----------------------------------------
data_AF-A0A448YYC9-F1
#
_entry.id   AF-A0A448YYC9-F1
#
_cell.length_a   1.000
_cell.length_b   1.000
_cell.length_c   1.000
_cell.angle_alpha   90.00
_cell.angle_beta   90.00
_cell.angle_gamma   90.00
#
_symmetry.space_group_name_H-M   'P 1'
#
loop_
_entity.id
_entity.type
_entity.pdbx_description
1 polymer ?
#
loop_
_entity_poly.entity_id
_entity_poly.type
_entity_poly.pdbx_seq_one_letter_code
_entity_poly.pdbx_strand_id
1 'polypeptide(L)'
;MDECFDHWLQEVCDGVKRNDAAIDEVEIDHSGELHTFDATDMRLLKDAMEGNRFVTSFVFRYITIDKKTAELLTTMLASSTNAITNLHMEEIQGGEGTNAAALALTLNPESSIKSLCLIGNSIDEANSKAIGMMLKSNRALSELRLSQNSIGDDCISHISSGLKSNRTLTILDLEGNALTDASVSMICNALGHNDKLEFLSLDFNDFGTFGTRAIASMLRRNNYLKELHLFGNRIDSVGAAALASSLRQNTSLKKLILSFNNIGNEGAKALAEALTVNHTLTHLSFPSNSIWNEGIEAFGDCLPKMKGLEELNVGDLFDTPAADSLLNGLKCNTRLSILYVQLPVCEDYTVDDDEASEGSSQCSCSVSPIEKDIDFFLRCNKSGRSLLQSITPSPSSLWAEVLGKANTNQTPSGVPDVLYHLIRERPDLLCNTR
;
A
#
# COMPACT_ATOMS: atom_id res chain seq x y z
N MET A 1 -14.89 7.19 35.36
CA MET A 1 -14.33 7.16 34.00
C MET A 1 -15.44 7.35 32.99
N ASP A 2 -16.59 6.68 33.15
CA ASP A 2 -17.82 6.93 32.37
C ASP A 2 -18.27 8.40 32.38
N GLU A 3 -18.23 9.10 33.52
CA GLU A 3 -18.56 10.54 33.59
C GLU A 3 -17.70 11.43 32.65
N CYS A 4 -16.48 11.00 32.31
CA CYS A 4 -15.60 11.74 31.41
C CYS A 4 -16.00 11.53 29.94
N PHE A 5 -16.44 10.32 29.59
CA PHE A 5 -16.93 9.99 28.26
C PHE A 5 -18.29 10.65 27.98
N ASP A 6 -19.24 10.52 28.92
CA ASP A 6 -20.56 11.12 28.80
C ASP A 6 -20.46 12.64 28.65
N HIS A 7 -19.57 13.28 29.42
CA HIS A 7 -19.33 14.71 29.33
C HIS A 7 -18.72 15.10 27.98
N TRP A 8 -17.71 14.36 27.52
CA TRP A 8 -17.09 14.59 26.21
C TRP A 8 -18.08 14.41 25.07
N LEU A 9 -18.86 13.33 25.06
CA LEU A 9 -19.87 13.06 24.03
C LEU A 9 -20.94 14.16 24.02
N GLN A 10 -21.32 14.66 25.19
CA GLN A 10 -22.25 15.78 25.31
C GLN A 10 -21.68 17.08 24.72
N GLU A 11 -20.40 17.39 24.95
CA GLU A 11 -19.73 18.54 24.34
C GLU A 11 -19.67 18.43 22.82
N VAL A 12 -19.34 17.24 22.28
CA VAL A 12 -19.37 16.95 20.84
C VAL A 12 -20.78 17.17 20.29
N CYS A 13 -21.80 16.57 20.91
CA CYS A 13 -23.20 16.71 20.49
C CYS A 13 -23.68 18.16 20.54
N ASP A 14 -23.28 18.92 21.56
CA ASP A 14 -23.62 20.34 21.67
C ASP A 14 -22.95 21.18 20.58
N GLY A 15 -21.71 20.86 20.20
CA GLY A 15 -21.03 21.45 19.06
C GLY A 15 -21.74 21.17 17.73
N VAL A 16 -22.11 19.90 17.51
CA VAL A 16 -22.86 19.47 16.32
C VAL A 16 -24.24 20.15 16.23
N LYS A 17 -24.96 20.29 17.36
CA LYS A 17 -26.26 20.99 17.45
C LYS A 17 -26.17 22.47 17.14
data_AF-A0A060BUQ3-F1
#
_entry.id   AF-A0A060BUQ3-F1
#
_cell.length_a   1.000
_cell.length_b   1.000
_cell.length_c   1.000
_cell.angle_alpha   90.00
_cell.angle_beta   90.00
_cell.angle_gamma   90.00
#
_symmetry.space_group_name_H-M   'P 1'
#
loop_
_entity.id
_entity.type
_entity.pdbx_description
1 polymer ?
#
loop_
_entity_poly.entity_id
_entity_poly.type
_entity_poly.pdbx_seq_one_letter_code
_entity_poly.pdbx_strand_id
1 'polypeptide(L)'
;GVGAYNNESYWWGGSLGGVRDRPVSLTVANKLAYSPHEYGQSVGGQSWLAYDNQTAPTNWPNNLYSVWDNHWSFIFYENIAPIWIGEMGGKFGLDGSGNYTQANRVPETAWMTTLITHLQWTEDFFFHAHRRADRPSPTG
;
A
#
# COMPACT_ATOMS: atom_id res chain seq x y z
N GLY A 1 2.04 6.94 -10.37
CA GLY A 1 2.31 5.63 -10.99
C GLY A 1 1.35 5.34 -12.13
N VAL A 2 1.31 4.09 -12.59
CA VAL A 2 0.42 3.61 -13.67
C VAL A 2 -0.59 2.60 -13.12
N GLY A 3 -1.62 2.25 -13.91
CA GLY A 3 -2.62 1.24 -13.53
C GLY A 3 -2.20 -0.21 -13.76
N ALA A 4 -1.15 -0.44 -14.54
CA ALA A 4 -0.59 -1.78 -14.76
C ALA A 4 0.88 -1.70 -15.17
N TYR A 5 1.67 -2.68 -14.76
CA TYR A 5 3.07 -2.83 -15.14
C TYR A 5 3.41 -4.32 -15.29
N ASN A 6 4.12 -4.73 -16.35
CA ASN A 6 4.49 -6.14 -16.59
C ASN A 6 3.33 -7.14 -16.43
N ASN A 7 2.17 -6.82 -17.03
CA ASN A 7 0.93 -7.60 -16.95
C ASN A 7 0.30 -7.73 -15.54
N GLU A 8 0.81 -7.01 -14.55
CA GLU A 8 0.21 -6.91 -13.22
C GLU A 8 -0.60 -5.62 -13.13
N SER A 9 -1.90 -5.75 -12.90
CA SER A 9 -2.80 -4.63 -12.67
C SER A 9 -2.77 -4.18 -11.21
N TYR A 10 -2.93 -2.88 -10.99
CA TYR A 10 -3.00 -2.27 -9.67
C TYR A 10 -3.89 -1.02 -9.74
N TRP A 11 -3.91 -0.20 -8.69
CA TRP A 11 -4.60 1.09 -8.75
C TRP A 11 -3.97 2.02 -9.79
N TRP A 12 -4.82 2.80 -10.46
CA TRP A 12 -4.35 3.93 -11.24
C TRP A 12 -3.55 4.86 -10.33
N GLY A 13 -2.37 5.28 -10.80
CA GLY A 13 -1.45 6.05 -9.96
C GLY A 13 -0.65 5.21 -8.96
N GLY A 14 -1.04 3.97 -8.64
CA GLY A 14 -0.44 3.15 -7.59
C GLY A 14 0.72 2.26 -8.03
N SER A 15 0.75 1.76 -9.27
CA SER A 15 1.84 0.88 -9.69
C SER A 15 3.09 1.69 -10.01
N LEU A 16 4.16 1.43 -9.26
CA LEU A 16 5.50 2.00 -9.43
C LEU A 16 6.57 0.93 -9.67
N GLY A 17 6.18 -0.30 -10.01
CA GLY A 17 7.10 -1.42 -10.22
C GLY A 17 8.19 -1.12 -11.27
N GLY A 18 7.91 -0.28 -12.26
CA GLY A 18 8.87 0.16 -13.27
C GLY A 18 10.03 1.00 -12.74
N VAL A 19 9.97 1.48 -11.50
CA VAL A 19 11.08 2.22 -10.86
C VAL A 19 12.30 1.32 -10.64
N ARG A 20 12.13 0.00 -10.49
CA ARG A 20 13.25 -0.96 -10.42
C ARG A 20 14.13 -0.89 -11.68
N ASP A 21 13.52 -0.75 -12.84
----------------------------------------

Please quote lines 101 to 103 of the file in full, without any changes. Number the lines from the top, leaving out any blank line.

loop_
_entity_poly.entity_id
_entity_poly.type